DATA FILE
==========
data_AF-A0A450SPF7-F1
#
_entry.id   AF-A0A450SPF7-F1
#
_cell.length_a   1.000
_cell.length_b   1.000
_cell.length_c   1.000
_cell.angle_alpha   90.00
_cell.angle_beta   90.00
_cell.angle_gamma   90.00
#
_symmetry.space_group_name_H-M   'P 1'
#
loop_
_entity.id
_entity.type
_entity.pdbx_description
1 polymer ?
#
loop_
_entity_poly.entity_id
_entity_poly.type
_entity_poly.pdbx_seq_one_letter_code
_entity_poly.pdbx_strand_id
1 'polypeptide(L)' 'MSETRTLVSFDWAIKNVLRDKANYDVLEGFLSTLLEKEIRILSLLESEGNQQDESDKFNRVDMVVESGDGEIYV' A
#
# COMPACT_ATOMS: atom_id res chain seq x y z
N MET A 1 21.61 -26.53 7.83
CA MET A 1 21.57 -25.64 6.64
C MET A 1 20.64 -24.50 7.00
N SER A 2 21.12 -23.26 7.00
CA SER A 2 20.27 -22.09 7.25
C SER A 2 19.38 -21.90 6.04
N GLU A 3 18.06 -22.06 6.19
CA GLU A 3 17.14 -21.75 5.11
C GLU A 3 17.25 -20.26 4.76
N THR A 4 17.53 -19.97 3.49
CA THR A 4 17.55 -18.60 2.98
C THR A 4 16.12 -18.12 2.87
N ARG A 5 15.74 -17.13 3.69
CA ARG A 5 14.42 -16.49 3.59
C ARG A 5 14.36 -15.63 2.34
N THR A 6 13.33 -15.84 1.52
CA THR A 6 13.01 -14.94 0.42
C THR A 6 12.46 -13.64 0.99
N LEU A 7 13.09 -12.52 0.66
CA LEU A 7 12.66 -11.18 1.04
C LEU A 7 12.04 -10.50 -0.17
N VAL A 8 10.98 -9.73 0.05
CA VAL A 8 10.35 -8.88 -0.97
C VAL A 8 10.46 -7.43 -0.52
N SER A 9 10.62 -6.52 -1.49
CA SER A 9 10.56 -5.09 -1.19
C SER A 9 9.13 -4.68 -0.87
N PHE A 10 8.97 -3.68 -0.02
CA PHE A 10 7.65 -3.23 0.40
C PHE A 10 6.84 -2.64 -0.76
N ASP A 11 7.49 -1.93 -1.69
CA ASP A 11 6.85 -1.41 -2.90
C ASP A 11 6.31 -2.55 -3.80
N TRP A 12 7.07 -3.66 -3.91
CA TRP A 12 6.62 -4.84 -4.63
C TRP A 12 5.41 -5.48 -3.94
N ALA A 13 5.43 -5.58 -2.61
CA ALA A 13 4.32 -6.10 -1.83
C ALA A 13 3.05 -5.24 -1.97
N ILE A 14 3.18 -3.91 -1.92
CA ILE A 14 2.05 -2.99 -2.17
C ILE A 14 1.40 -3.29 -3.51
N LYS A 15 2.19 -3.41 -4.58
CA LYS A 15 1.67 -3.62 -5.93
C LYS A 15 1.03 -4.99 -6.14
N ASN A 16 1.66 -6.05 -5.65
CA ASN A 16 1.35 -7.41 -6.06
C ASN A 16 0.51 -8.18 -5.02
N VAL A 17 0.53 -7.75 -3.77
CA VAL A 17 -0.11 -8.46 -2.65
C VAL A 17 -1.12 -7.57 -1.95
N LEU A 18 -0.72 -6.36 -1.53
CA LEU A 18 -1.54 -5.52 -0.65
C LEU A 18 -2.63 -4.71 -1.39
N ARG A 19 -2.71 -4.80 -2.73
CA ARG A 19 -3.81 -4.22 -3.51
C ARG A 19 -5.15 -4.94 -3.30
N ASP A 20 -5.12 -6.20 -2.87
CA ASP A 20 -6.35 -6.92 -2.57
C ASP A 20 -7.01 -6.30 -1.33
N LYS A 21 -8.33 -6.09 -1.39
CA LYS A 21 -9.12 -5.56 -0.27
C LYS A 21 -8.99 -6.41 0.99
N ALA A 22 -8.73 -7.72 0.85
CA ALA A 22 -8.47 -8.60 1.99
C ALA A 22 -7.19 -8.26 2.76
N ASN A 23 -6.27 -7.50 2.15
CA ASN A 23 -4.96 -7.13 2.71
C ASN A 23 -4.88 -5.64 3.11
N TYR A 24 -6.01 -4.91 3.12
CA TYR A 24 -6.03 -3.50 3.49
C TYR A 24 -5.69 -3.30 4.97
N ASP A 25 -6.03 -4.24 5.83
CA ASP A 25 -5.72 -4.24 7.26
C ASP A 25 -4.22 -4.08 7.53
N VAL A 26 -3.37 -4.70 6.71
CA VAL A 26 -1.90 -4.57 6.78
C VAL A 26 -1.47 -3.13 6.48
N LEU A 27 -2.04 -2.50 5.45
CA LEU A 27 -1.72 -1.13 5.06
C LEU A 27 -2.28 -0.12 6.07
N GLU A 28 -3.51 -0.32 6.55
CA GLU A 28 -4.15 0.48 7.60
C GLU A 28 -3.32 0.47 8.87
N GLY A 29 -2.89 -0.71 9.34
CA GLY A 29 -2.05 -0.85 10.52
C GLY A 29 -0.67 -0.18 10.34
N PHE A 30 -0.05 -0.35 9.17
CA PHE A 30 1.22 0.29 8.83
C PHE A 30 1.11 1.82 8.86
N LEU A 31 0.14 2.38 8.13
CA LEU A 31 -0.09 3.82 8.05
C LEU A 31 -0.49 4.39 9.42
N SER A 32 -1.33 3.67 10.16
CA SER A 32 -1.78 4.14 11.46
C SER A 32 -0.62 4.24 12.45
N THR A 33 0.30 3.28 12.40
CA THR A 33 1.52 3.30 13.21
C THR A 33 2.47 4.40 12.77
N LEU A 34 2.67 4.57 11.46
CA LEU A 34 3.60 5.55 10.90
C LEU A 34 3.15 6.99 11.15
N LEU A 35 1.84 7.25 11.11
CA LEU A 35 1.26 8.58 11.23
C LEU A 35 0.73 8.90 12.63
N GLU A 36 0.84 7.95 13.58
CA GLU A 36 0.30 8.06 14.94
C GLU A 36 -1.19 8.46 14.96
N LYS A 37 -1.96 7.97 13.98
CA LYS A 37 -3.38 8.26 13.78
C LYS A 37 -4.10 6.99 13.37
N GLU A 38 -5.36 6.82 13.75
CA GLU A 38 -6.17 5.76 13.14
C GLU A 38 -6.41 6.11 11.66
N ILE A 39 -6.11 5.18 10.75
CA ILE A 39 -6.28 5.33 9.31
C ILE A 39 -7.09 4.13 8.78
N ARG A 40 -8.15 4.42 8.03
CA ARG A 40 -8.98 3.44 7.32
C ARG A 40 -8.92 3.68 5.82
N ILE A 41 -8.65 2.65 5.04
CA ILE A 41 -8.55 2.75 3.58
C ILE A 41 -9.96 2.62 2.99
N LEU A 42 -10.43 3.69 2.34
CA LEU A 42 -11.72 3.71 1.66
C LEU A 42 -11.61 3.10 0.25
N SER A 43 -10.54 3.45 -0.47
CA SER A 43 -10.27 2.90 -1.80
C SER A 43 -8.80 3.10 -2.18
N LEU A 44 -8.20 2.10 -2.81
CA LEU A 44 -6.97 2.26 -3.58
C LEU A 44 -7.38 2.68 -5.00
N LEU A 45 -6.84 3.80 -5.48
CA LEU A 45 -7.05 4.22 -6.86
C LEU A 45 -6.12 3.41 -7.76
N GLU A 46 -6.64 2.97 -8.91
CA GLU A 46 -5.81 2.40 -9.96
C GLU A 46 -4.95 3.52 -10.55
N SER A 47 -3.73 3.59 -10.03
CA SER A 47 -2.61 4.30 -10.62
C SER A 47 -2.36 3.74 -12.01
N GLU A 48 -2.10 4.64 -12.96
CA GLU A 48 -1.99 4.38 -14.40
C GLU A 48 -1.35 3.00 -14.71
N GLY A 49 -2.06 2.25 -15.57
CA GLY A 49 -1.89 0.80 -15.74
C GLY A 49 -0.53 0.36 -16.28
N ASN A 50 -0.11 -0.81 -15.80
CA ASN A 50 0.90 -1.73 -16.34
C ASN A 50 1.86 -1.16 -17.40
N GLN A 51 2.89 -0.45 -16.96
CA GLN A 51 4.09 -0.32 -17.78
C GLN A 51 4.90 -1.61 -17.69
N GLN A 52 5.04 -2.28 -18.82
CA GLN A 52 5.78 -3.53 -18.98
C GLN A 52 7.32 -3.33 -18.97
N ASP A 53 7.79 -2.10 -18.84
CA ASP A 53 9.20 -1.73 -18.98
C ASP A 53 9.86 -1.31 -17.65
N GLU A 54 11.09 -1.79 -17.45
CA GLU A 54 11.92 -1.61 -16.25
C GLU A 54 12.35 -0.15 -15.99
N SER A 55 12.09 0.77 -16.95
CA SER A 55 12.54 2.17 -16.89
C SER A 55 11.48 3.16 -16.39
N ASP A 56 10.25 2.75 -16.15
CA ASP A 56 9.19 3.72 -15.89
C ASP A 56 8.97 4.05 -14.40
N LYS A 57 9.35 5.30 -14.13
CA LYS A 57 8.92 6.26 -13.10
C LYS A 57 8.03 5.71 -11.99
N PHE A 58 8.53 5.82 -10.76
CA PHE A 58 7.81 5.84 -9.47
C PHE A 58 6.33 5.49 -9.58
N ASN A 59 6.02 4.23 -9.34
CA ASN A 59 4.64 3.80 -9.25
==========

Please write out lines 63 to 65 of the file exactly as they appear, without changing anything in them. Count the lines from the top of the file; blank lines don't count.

C TRP A 12 5.41 -5.48 -3.94
N ALA A 13 5.43 -5.58 -2.61
CA ALA A 13 4.32 -6.10 -1.83